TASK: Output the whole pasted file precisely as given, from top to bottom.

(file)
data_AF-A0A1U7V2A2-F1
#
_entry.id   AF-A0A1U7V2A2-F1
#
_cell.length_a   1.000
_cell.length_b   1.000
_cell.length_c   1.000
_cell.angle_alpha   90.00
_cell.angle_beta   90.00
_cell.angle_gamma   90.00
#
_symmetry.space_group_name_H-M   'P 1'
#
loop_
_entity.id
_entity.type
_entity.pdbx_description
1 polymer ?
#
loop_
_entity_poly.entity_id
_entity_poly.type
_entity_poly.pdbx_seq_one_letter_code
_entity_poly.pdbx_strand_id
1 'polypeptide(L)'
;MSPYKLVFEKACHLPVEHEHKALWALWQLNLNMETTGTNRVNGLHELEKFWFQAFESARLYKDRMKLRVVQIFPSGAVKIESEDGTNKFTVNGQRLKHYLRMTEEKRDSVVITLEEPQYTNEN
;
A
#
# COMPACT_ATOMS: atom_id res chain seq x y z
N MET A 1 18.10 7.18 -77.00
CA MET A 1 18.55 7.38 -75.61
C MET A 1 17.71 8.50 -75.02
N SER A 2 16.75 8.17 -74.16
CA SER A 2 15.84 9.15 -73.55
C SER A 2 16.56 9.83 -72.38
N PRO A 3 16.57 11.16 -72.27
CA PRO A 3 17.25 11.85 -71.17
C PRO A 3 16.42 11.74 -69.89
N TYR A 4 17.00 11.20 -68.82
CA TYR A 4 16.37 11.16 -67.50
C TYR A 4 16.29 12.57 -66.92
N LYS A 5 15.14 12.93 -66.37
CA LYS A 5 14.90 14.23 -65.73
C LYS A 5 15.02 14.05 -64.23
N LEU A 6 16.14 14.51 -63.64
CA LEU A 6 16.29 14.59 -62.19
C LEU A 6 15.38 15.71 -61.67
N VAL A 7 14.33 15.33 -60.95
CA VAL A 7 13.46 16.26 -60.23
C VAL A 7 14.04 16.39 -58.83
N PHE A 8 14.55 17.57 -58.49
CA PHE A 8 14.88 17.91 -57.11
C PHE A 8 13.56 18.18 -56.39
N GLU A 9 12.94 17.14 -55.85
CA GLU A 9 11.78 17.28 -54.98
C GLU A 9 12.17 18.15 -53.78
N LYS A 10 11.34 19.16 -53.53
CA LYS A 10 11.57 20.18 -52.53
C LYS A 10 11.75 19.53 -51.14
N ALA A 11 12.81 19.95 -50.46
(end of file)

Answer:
data_AF-A0A1U7V2A2-F1
#
_entry.id   AF-A0A1U7V2A2-F1
#
_cell.length_a   1.000
_cell.length_b   1.000
_cell.length_c   1.000
_cell.angle_alpha   90.00
_cell.angle_beta   90.00
_cell.angle_gamma   90.00
#
_symmetry.space_group_name_H-M   'P 1'
#
loop_
_entity.id
_entity.type
_entity.pdbx_description
1 polymer ?
#
loop_
_entity_poly.entity_id
_entity_poly.type
_entity_poly.pdbx_seq_one_letter_code
_entity_poly.pdbx_strand_id
1 'polypeptide(L)'
;MSPYKLVFEKACHLPVEHEHKALWALWQLNLNMETTGTNRVNGLHELEKFWFQAFESARLYKDRMKLRVVQIFPSGAVKIESEDGTNKFTVNGQRLKHYLRMTEEKRDSVVITLEEPQYTNEN
;
A
#
# COMPACT_ATOMS: atom_id res chain seq x y z
N MET A 1 18.10 7.18 -77.00
CA MET A 1 18.55 7.38 -75.61
C MET A 1 17.71 8.50 -75.02
N SER A 2 16.75 8.17 -74.16
CA SER A 2 15.84 9.15 -73.55
C SER A 2 16.56 9.83 -72.38
N PRO A 3 16.57 11.16 -72.27
CA PRO A 3 17.25 11.85 -71.17
C PRO A 3 16.42 11.74 -69.89
N TYR A 4 17.00 11.20 -68.82
CA TYR A 4 16.37 11.16 -67.50
C TYR A 4 16.29 12.57 -66.92
N LYS A 5 15.14 12.93 -66.37
CA LYS A 5 14.90 14.23 -65.73
C LYS A 5 15.02 14.05 -64.23
N LEU A 6 16.14 14.51 -63.64
CA LEU A 6 16.29 14.59 -62.19
C LEU A 6 15.38 15.71 -61.67
N VAL A 7 14.33 15.33 -60.95
CA VAL A 7 13.46 16.26 -60.23
C VAL A 7 14.04 16.39 -58.83
N PHE A 8 14.55 17.57 -58.49
CA PHE A 8 14.88 17.91 -57.11
C PHE A 8 13.56 18.18 -56.39
N GLU A 9 12.94 17.14 -55.85
CA GLU A 9 11.78 17.28 -54.98
C GLU A 9 12.17 18.15 -53.78
N LYS A 10 11.34 19.16 -53.53
CA LYS A 10 11.57 20.18 -52.53
C LYS A 10 11.75 19.53 -51.14
N ALA A 11 12.81 19.95 -50.46